Many couples and individuals pursuing fertility treatments for the first time are terrified of the costs. They've heard stories about families mortgaging their homes for in vitro fertilization (IVF), or about financial constraints meaning that a couple was never able to have a child. Infertility treatments are sometimes expensive, but in many cases, the solution to infertility is relatively simple -- and therefore surprisingly affordable.
The right treatment ultimately depends on the cause of your infertility. That means that you'll need the care of a team that specializes in fertility issues and that knows how to properly diagnose them. You can save time and money by seeking treatment from a fertility specialist precisely for that reason; specialized treatment means that you won't have to spend as much money on diagnostic procedures that don't help and treatments that don't work.
Occasionally, chronic infections interfere with fertility, either by causing the body to attack a developing embryo, or undermining the body's ability to produce hormones related to reproduction. Antibiotic treatment can attack an active infection, reduce the resulting symptoms, and increase your overall odds of getting -- and staying -- pregnant.
Addressing Underlying Disorders
Just as active infections can impede fertility, so too can a range of other medical conditions. Diabetes, for example, may alter hormone levels in your body, while reproductive cancers can make pregnancy a virtual impossibility. If you have an untreated medical condition, treatment begins with addressing that condition. After your condition is cured or in remission, your team will work with you to address any secondary symptoms it has produced, such as pelvic inflammatory disease or erectile dysfunction.
Hormones are your body's way of communicating. They tell the body to produce and release eggs, to sustain a pregnancy, to ejaculate, and to perform just about every other function related to reproduction. Thus any condition that impedes hormone production or alters hormone levels can undermine or eliminate fertility. Sometimes doctors can directly treat the condition that led to the hormonal imbalance. But when the cause is unknown, treatment is dangerous, or you want a prompt solution, it may be better to treat the condition with hormone treatments.
Depending upon the hormonal problem you face, you may need to take pills, injections, or both. Your doctor will likely conduct regular blood tests to assess the effectiveness of treatment and explore how hormones are affecting your overall health.
Donor Sperm or Eggs
When either you or your partner don't produce gametes -- sperm or eggs -- or when those gametes are severely damaged, the fastest route to pregnancy is often through donor sperm or eggs. Same-sex couples inevitably must use donors to achieve a pregnancy, but even heterosexual couples can benefit from donations.
There are a number of benefits to accepting donor gametes. If a reproductive issue completely forecloses the possibility of biological parenthood for one partner, this allows the other partner to still be a biological parent. But even when the reproductive issue is less severe -- such as polycystic ovarian syndrome (PCOS) or low sperm count -- donor gametes can be a faster and less costly route to parenthood, particularly if you are older or have a limited budget.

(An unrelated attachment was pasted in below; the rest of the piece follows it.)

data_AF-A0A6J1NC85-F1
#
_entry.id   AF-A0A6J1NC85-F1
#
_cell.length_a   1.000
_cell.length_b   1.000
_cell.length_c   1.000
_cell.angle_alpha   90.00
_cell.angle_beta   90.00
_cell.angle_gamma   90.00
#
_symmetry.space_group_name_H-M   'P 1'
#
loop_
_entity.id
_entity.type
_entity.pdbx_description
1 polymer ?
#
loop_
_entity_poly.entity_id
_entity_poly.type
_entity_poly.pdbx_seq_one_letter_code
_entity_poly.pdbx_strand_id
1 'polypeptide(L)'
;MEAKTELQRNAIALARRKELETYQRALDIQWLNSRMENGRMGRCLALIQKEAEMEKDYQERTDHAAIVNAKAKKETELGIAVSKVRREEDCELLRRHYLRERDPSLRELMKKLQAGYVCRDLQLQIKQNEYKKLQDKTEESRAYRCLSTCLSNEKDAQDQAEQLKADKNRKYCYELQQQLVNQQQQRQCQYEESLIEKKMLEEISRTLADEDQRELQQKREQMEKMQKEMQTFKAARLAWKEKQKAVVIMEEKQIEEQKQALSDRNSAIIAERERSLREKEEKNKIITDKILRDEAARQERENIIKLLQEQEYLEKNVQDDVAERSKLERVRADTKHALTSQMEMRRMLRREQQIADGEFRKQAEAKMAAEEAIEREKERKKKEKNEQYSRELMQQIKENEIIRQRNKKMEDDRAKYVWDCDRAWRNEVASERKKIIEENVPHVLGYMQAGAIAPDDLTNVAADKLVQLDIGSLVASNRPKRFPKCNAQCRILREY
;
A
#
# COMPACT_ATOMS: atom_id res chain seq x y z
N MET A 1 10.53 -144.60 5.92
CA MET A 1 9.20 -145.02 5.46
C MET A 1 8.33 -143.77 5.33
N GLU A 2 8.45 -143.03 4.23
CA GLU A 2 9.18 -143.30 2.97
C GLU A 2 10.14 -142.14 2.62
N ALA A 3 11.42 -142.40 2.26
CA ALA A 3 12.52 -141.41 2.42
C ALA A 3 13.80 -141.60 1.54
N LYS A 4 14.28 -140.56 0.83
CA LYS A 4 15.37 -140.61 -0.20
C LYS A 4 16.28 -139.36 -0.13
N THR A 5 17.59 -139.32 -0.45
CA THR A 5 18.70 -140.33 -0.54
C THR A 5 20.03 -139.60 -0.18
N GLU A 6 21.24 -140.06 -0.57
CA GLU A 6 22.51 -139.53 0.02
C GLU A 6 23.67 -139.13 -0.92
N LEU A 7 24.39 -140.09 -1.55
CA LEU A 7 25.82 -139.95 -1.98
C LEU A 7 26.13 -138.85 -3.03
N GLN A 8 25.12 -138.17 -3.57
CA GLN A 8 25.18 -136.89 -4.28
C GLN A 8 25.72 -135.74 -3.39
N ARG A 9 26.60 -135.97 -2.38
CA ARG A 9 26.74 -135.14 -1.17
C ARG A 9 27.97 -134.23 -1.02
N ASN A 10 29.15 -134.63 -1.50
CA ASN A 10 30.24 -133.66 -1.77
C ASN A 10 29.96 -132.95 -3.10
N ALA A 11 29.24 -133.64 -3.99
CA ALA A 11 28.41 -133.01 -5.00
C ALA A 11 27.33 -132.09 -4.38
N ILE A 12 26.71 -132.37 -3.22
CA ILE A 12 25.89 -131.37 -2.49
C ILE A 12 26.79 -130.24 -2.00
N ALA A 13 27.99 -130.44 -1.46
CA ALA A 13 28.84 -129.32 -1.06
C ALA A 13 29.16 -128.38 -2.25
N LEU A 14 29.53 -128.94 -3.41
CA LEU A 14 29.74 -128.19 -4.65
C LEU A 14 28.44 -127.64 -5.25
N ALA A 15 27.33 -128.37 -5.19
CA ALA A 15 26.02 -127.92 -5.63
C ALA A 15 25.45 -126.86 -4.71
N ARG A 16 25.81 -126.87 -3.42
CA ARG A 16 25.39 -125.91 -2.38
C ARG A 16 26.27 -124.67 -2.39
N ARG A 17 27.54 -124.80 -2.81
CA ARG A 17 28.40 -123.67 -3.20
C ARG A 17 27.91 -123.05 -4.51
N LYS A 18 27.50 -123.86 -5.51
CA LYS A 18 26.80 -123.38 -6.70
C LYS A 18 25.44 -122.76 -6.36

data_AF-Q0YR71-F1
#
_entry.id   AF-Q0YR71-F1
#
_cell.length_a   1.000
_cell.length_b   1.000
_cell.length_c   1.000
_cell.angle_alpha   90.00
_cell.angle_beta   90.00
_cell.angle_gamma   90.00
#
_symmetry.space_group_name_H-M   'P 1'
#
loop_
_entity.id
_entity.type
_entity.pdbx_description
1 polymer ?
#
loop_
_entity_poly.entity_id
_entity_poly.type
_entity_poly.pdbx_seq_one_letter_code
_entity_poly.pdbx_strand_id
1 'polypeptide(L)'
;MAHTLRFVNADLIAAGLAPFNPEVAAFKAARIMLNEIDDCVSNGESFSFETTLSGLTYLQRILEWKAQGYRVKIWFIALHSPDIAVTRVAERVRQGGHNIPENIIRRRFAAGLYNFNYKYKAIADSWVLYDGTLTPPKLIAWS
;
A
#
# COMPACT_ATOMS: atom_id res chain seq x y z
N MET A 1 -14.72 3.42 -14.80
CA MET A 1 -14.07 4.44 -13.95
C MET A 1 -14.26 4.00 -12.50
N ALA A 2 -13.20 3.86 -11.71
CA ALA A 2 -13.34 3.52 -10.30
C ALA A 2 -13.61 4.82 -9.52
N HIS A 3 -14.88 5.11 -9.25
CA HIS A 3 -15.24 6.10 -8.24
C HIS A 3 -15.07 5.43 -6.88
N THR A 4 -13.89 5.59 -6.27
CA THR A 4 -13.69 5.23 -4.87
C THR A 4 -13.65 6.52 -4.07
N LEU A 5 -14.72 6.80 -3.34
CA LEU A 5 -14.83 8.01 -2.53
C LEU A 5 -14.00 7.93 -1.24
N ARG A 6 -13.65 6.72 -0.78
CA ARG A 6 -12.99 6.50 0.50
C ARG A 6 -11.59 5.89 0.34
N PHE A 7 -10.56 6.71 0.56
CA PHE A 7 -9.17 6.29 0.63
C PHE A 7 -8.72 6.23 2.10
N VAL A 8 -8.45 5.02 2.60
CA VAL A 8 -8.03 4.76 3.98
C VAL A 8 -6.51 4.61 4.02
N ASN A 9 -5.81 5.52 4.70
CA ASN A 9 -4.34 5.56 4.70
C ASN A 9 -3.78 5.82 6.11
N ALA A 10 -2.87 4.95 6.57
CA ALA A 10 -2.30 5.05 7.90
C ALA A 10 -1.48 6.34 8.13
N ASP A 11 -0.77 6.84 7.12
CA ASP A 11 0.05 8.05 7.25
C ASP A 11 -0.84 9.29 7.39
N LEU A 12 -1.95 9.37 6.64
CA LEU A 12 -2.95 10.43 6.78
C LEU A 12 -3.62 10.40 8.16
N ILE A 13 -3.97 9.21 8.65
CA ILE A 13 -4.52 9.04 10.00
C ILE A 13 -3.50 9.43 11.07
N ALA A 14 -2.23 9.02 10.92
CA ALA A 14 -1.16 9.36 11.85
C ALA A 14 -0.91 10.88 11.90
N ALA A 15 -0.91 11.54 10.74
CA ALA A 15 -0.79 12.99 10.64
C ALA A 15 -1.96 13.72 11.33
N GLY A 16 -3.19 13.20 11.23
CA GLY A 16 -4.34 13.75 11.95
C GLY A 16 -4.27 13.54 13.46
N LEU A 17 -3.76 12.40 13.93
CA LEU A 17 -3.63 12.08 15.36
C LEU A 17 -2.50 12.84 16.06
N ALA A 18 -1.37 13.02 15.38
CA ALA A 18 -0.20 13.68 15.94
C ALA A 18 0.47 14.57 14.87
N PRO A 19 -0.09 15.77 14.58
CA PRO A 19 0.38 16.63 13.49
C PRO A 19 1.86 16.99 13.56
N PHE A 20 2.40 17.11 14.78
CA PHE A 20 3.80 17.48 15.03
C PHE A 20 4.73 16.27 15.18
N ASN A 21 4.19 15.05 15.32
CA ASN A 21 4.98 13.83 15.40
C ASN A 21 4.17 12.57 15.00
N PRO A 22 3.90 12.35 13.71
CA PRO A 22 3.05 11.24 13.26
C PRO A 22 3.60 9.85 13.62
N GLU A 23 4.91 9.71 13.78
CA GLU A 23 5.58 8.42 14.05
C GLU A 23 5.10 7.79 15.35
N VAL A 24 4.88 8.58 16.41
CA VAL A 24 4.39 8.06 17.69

Artificial insemination circumvents the usual path to pregnancy -- sexual intercourse -- in favor of physician-assisted insemination. For couples working with donor sperm or eggs, artificial insemination is a necessity. But even if you are using your own gametes, there are often benefits to assisted insemination -- particularly if the cause of infertility is unknown, or if you have a history of implantation difficulties.
There are two options for artificial insemination:
- Intrauterine insemination (IUI) occurs when a doctor fertilizes the egg inside of the uterus. This is a less invasive option, and is also less costly.
- In vitro fertilization (IVF) is fertilization that occurs outside of the body. The doctor extracts eggs from the woman and a sperm donation from the man, then allows the two to grow in a test tube. When the embryos develop, the doctor implants them back into the woman's uterus.
To maximize the chances of a successful fertilization the first time, your doctor may advise either you or your partner to take hormones or other medications. This is especially true with IVF, which is more likely to work when there are multiple eggs available.
Some reproductive issues -- particularly structural problems -- can be solved with reproductive surgeries. These procedures don't directly produce a pregnancy, but they can remove barriers to pregnancy. Some examples include:
- Removing a varicocele in the man; varioceles can reduce sperm count and decrease sperm quality.
- Removing endometrial tissue in women with endometriosis.
- Clearing blocked fallopian tubes, since blockages can render a pregnancy completely impossible.
- Removing uterine abnormalities, such as uterine fibroids and polyps.
- Exploratory surgery, which is designed to give the doctor a look at the reproductive organs to better understand the problem.
- Removal of scar tissue due to pelvic inflammatory disease (PID) and other inflammatory conditions.